发信人: belong (属于......), 信区: Hardware
标 题: Intel：IA32e白皮书透露详尽细节, by GZeasy
发信站: 荔园晨风BBS站 (Fri Mar 19 10:17:00 2004), 站内信件
? 现有的常用寄存器扩展至64位（RAX, RBX, RCX, RDX, RSI, RDI, RBP, RSP）
Q1: What is 64-bit extension technology?
A1: 64-bit extension technology is an enhancement to Intel's IA-32
architecture. The enhancement allows the processor to run newly
written 64-bit code and access larger amounts of memory. These
extensions do not run code written for the Intel® Itanium®
processor. Click here for a more detailed description of the 64-bit
extension technology. Further details on the 64-bit extension
architecture and programming model can be found in the 64-bit
Extension Technology Software Developer's Guide.
Q2: Why is Intel introducing another 64-bit processor? Is there room
in the market for two 64-bit processors from Intel?
A2: The server market segment is almost $50 billion and a "one size fits
all" approach cannot address the unique computing needs companies
require. We offer two architectures and will continue to invest in both.
Keep in mind that 64-bits alone does not significantly change the
fundamental features or performance of a processor. 64-bit extension
technology is one of a number of platform innovations Intel is
delivering to enhance Intel's IA-32 platforms. Other enhancements
include Intel Hyper-Threading Technology, PCI Express*, DDR2 memory
support, enhanced power management, SSE3 instructions and
high-definition audio. As Intel's flagship enterprise architecture,
the Itanium® processor family is Intel's highest performance and
reliability product for the business critical high-end server and
technical computing market segments. It is successfully penetrating
the multi-billion dollar high-end server and technical computing
market segments dominated by RISC--based systems. These markets
require much more than just 64-bits - the scalability and reliability of
the Itanium processor family are paramount.
Q3: Which Intel processors support 64-bit extension technology and
when will they be available?
A3: On February 17th, 2004, Intel announced the company will add
64-bit extension technology to its IA-32 processors code named Nocona
(future Intel® Xeon? processor for dual processing servers and
workstations), Potomac (future Intel Xeon processor MP for
multi-processing servers) and Prescott (future product for uni-processor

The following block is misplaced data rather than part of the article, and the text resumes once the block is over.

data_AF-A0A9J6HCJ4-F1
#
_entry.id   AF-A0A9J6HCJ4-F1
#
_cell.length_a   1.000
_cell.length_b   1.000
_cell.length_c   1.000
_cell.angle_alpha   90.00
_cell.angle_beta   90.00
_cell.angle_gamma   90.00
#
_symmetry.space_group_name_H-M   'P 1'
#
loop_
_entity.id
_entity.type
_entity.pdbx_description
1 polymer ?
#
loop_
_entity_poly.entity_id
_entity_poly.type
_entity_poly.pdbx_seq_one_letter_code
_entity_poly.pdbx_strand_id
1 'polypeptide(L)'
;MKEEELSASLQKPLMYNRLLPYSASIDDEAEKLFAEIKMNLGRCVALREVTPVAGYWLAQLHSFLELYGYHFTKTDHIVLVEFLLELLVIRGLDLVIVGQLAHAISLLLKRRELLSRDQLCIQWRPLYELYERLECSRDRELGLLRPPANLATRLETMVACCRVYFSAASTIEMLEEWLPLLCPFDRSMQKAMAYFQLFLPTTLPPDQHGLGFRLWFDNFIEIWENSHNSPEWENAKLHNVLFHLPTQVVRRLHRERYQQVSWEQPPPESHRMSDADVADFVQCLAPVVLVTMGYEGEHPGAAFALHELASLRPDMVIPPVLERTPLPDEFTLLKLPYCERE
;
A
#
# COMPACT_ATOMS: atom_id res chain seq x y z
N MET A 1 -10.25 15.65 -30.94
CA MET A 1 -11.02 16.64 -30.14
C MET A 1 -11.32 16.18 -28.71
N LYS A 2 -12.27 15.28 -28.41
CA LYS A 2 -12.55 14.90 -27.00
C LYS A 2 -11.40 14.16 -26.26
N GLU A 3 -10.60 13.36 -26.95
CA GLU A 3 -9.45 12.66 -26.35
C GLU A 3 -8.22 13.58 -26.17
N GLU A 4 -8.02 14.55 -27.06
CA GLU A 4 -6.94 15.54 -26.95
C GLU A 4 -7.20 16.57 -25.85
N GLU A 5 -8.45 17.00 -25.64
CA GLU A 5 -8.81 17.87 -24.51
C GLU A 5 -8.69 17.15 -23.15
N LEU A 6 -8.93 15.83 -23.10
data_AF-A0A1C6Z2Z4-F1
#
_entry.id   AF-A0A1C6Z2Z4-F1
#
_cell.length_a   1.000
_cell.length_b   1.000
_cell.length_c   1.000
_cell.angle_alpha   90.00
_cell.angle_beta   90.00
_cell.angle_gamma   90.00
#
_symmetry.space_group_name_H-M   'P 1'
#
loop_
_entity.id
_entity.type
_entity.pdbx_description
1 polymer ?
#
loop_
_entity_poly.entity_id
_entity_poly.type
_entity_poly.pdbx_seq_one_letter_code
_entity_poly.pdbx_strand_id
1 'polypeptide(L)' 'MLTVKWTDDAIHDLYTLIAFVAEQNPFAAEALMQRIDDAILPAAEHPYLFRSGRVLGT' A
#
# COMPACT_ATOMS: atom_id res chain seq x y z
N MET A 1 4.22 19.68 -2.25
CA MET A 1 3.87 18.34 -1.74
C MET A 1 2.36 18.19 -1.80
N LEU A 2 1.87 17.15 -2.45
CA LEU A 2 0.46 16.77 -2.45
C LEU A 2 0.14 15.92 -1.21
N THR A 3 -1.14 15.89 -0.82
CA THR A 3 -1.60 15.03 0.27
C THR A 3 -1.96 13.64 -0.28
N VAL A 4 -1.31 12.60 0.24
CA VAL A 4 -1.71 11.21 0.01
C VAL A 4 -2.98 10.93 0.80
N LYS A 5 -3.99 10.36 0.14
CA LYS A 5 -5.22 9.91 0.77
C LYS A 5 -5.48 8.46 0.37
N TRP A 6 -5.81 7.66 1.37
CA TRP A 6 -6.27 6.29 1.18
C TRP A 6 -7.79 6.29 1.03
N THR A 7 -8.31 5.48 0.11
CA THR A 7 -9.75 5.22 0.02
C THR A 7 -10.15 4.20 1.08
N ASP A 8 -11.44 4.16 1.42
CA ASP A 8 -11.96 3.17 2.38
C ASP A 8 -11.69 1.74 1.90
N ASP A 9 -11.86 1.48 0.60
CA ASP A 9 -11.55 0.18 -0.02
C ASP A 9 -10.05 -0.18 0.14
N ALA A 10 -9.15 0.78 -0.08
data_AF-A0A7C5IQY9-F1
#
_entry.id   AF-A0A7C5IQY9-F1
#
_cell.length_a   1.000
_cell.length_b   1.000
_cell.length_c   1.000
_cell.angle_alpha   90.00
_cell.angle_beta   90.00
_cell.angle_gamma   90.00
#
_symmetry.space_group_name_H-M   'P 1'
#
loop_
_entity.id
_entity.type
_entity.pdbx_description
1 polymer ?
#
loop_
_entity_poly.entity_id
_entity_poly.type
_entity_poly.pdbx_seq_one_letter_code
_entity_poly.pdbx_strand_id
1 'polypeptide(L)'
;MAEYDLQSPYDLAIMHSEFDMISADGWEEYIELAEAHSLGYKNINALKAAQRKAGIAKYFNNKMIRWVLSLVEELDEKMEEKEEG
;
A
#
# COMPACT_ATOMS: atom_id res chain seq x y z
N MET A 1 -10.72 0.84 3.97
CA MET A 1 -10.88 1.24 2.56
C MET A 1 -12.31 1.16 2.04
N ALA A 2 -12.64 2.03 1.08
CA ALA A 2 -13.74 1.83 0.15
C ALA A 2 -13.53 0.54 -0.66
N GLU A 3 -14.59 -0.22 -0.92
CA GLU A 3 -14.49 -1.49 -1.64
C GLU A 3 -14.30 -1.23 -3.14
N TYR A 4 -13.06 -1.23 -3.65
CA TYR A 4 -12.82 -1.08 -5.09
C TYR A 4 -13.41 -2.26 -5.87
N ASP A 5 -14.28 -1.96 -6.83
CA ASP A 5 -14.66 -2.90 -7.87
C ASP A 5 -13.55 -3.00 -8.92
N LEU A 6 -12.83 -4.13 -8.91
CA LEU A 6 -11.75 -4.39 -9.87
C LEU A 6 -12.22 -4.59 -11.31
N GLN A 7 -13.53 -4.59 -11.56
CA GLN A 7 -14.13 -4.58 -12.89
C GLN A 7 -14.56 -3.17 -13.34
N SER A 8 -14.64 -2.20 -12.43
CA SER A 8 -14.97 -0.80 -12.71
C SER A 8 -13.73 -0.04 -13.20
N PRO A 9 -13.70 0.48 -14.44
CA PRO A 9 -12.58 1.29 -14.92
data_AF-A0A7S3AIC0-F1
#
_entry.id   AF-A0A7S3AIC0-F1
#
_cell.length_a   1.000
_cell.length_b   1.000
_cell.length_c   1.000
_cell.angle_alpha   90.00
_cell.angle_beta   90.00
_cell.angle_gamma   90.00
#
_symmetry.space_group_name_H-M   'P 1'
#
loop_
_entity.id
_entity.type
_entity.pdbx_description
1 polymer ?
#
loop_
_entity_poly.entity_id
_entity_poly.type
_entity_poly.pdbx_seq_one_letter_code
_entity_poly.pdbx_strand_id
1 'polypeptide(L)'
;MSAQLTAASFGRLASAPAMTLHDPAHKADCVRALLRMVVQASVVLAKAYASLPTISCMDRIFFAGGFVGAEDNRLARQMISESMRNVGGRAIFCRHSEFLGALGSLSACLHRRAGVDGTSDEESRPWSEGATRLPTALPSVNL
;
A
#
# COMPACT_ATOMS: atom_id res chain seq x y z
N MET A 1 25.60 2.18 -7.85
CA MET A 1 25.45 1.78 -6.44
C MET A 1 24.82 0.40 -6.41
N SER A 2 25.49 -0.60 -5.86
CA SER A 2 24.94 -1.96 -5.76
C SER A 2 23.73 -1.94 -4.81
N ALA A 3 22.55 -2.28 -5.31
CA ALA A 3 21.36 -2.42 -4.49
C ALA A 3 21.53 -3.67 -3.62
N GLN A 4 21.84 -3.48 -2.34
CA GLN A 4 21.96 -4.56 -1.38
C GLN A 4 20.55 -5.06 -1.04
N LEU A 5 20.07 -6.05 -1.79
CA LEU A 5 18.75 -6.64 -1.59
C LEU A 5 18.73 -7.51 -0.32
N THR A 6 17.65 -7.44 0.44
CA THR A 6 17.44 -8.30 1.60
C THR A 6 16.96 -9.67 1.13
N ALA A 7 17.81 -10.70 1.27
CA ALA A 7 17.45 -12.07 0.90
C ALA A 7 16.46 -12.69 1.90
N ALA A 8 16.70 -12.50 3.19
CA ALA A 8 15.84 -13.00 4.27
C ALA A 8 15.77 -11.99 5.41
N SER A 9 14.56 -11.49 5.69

servers and workstations). This was an initial technology disclosure.
Intel will provide additional details as the introductions of these
various products approach.
Q4: Why is Intel doing this now?
We have looked at this since the late 1990s and have been pragmatic in
our approach to bringing products to market that have complete platform,
operating system and software support, beyond just a feature in a chip.
We have said we would do this based on customer request and when the
initial ecosystem was available. For servers and workstations, that
criterion is starting to be met at the time our products are targeted to
launch with this technology.
Q5: How will the performance of 64-bit Itanium® and 64-bit capable
IA-32 processor based platforms compare?
A5: The Itanium processor family is and will continue to be the
highest performing and most reliable product family we offer for
high-end, multi-processor systems. We will provide more performance
details on 64-bit capable IA-32 processors and their platforms when
launched later this year.
Q6: Is 64-bit extension technology the same technology used in the
Itanium® 2 processor?
A6: No. 64-bit extension technology is an extension to Intel's
processors based on the IA-32 architecture. The Itanium processor family
is based on the EPIC architecture. These are two separate families of
processors based on two different architectures. The Itanium processor
family is specifically designed for the most demanding mission
Q7: Can the newly launched IA-32 Execution Layer run the new 64-bit
extension technology code?
A7: We will consider providing that capability if and when customers
Q8: Which O/S (Operating System) will support Intel's processors with
64-bit extension technology?
A8: The following O/S vendors have announced product support for the
64-bit extension technology. Contact each vendor for more details.
Microsoft has said they will make 64-bit extended operating systems
and compilers available in 2H '04. Contact Microsoft for additional
Future versions of Red Hat Enterprise Linux will support 64-bit
Red Hat Enterprise Linux 3 update 2
Beta: expected by end Q1'04
Production: expected in early Q2'04
Beta versions will be available via Red Hat Network https://rhn.redhat.
com to Red Hat Enterprise Linux subscribers. Contact Red Hat for
Production support will be available in:
SL9.1 expected in Early Q2 '04
SLES9 expected in Early Q3 '04
Standard Beta Releases will also support 64-bit extension technology.
Those interested in betas should check http://www.suse.
com/us/partner/become_part...gy_partner.html to join the SuSE Technology
Partner Program. Contact SuSE for additional details.
Q9: Is it possible to write software that will run on Intel's processors
with 64-bit extension technology, and AMD's 64-bit capable processors?
A9: With both companies designing entirely different architectures,
the question is whether the operating system and software ported to each
processor will run on the other processor, and the answer is yes in
most cases. However, Intel processors support additional features,
like the SSE3 instructions and Hyper-Threading Technology, which are not
supported on non-Intel platforms. As such, we believe developers will
achieve maximum performance and stability by designing specifically
for Intel architectures and by taking advantage of Intel's breadth of
software tools and enabling services.
*Other names and brands may be claimed as the property of others.
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